Around 91,477 million passenger kilometres in 2014 (2,330 % rise)



EasyJet cuts emissions to lowest rate in response to pressure on airlines

EasyJet’s carbon emissions reduction is down to measures including lighter seats and using only one engine while taxiing, the airline said


EasyJet has cut the carbon emissions of its flights to the lowest-ever rate, according to the airline.

The Luton-based carrier said it achieved the reduction through measures such as lighter seats, using only one engine while taxiing and giving pilots tablets instead of laptops and printed navigational charts.

Its emissions for the year ending September last year were 79.98g/passenger km, down by 1.3% on the previous year and 31% lower than in 2000.

Pressure has been growing on the aviation industry to take action on greenhouse emissions from flights to curb temperature rises.

Latest figures for other airlines’ carbon emissions include British Airways’ parent company IAG with 93.7g/passenger km, Air France KLM with 85g and Lufthansa with 96.9g.

EasyJet’s head of carbon efficiency, Chris Foster, said: “W e want to make sure we take our passengers where they want to go with the lowest carbon emissions. Through our efficiency programme, we continually look for ways to reduce fuel usage and emissions.

“We are very pleased to have delivered emissions below 80 grams for each passenger kilometre for the first time and look forward to reaching our target of 77 grams by 2020.

“By using modern aircraft and flying them efficiently, we will have successfully reduced the carbon impact of our flights by a third in 20 years, delivering a step change in the environmental impact of our flights.”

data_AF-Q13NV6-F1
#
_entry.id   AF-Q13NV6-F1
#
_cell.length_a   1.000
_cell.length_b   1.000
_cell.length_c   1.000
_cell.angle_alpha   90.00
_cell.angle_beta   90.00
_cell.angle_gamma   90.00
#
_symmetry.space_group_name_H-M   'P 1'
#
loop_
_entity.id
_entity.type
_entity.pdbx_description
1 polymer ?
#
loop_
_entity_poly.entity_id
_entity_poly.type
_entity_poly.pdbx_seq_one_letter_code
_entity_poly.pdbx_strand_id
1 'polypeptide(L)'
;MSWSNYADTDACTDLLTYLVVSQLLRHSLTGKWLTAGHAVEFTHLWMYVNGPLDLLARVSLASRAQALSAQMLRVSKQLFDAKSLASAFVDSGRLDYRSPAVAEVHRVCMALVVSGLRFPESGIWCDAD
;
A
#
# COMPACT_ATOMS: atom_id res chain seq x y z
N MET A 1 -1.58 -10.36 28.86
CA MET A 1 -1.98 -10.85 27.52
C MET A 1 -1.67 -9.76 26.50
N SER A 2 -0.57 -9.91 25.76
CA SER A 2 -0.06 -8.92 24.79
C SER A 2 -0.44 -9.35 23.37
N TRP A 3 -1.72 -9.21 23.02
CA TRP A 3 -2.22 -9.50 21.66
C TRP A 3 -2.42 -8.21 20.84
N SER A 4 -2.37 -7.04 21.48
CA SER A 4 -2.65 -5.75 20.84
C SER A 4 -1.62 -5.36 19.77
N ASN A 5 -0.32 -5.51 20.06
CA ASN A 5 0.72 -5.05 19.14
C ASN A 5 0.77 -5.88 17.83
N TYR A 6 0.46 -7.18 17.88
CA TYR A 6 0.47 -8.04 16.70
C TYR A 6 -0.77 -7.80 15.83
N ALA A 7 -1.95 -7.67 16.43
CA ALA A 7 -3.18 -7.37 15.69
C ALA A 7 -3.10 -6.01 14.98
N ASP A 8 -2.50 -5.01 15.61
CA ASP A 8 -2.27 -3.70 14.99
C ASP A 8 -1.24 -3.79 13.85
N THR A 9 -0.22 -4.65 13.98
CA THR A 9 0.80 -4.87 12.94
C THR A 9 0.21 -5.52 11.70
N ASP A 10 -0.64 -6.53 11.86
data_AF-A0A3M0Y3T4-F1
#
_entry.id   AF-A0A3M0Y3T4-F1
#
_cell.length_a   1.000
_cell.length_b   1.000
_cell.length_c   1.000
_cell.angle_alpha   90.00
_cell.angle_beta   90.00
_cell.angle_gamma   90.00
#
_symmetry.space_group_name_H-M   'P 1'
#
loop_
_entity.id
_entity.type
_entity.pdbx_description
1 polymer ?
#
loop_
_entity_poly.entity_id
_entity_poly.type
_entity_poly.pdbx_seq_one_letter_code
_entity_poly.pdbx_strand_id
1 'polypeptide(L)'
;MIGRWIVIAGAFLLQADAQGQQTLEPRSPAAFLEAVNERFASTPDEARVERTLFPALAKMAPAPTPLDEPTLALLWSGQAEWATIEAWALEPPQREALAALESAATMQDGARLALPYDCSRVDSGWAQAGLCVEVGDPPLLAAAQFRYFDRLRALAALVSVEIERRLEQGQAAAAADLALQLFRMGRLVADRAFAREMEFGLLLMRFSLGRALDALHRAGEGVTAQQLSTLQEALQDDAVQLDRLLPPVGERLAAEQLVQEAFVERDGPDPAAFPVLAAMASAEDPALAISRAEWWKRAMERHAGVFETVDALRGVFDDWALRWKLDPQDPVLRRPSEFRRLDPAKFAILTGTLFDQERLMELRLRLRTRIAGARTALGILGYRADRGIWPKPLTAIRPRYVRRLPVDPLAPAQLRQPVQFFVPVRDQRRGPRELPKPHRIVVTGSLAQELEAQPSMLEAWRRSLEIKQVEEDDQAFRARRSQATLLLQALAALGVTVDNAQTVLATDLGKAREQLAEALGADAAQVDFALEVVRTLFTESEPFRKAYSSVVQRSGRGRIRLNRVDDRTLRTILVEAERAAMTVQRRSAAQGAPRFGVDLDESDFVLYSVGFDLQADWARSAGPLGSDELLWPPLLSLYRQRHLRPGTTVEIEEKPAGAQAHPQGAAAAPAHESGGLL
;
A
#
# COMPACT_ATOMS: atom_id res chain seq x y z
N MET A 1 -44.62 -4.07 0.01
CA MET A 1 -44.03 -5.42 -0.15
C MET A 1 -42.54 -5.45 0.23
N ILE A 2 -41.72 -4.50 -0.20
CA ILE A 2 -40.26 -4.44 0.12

An international deal to curb greenhouse gas emissions from air travel was agreed in October last year.

The agreement, secured at International Civil Aviation Organisation (ICAO) talks in Montreal, Canada, will come into effect from 2021 with 65 countries. including all European Union nations, signing up to “offset” emissions from international flights.

The scheme aims to cap aviation emissions at the level reached in three years, and there is a review mechanism to strengthen its ambition.

Airlines will have to buy permits that deliver reductions in pollution elsewhere to cover emissions above 2020 volumes.

EasyJet has set a target of reducing emissions to around 70g/passenger km by that time.

It is developing a hybrid plane that would use a hydrogen fuel cell stowed in the aircraft’s hold.

The concept would enable e nergy to be captured as the brakes are deployed on landing, which would power the jet when it is on the ground, similar to the kinetic energy recovery system used in Formula One.

The airline is also working with Wright Electric on designs for a commercial plane powered by electric batteries.

James Beard, from c onservation charity WWF, said: ” All efforts to cut carbon emissions are welcome, so it’s pleasing to see easyJet flying more efficiently.

“However, aviation remains the most carbon-intensive way to travel and one of the fastest growing sources of carbon emissions in the world.

“We need much more action than just airlines tinkering around the edges.”

Mr Beard called for investment in “cleaner ways to keep connected” such as international rail links and video conferencing, and urged UK ministers to come up with a “credible plan for dealing with aviation emissions” before new runways are built, such as the expansion of Heathrow Airport